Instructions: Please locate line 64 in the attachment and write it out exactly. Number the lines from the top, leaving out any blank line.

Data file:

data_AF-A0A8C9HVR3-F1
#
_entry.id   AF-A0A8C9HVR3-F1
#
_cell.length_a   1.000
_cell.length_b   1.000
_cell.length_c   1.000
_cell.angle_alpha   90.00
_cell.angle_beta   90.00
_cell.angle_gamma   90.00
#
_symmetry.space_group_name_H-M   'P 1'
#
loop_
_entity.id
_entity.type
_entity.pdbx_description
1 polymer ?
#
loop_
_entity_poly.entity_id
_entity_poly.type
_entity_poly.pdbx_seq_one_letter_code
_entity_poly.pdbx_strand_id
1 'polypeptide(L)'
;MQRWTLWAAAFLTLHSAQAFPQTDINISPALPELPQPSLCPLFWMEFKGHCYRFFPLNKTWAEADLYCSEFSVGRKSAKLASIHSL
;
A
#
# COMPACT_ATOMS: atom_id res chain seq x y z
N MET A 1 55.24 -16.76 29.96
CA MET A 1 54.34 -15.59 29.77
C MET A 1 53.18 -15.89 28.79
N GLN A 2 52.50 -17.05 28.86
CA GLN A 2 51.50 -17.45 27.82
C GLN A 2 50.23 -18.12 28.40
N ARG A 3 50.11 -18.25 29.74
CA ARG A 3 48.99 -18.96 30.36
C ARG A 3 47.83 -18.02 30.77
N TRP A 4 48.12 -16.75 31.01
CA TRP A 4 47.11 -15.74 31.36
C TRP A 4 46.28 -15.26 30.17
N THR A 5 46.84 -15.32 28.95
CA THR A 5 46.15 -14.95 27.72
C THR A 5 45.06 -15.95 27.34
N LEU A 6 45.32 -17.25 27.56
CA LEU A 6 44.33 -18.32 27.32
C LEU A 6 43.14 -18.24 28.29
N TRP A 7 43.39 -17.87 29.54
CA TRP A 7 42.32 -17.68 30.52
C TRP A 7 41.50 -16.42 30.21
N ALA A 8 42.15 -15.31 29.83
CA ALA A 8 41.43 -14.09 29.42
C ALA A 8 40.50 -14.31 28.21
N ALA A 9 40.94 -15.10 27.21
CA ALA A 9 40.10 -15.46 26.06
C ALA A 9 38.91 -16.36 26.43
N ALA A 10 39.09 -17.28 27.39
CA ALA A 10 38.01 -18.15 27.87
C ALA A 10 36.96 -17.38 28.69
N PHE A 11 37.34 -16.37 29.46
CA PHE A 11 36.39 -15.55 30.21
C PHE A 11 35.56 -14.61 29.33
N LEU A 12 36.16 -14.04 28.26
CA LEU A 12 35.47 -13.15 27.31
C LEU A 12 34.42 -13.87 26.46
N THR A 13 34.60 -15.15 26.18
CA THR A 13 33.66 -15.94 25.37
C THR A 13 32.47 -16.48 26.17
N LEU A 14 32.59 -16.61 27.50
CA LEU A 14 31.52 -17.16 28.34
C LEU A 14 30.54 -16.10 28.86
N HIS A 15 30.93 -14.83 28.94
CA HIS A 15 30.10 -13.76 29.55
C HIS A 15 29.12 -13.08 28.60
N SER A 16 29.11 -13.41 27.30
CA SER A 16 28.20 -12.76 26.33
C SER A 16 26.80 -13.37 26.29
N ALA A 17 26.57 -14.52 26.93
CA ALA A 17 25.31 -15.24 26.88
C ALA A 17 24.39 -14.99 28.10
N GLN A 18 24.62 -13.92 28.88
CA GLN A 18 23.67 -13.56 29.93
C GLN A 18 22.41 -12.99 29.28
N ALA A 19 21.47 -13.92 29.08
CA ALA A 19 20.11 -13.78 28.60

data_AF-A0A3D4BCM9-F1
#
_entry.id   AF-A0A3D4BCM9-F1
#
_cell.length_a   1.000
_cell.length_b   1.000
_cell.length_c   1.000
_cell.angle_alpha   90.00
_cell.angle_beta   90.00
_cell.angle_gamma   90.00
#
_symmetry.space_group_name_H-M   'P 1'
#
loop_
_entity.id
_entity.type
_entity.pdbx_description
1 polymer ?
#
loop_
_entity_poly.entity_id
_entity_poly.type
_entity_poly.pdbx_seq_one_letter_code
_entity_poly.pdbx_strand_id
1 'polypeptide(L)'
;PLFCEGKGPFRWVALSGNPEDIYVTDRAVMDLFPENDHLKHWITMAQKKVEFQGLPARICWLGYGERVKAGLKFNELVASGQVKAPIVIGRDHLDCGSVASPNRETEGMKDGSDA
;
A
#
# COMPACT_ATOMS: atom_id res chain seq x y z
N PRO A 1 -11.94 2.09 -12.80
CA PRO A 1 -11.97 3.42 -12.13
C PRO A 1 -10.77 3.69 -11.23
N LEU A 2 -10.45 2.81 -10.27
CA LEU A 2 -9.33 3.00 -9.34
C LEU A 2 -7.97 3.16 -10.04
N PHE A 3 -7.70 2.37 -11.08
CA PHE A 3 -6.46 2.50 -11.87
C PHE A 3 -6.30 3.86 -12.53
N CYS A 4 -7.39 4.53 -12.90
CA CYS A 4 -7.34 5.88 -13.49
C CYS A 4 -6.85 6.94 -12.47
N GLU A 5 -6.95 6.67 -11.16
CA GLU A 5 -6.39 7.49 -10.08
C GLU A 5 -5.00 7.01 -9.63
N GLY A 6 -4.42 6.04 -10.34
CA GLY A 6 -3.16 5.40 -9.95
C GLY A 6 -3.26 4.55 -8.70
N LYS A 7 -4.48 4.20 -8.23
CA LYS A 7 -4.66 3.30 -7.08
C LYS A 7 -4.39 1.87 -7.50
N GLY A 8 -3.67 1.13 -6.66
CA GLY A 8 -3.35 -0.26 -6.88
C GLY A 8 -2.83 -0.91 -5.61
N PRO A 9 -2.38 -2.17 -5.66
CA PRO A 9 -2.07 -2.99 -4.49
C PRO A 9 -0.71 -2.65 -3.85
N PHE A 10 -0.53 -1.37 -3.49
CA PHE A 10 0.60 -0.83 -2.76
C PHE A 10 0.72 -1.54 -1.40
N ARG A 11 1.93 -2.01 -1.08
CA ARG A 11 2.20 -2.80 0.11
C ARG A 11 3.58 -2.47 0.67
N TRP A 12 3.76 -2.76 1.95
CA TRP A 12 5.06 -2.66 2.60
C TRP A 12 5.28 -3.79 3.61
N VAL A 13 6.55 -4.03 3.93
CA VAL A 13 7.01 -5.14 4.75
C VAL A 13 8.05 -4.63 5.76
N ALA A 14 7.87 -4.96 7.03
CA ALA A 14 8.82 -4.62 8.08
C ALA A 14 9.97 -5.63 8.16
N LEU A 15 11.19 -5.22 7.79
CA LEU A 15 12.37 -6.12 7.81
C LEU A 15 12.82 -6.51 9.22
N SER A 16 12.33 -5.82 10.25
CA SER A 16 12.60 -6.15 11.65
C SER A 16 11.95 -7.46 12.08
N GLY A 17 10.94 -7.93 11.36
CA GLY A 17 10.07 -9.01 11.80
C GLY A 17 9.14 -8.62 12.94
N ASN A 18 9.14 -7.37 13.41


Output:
N LEU A 12 36.16 -14.04 28.26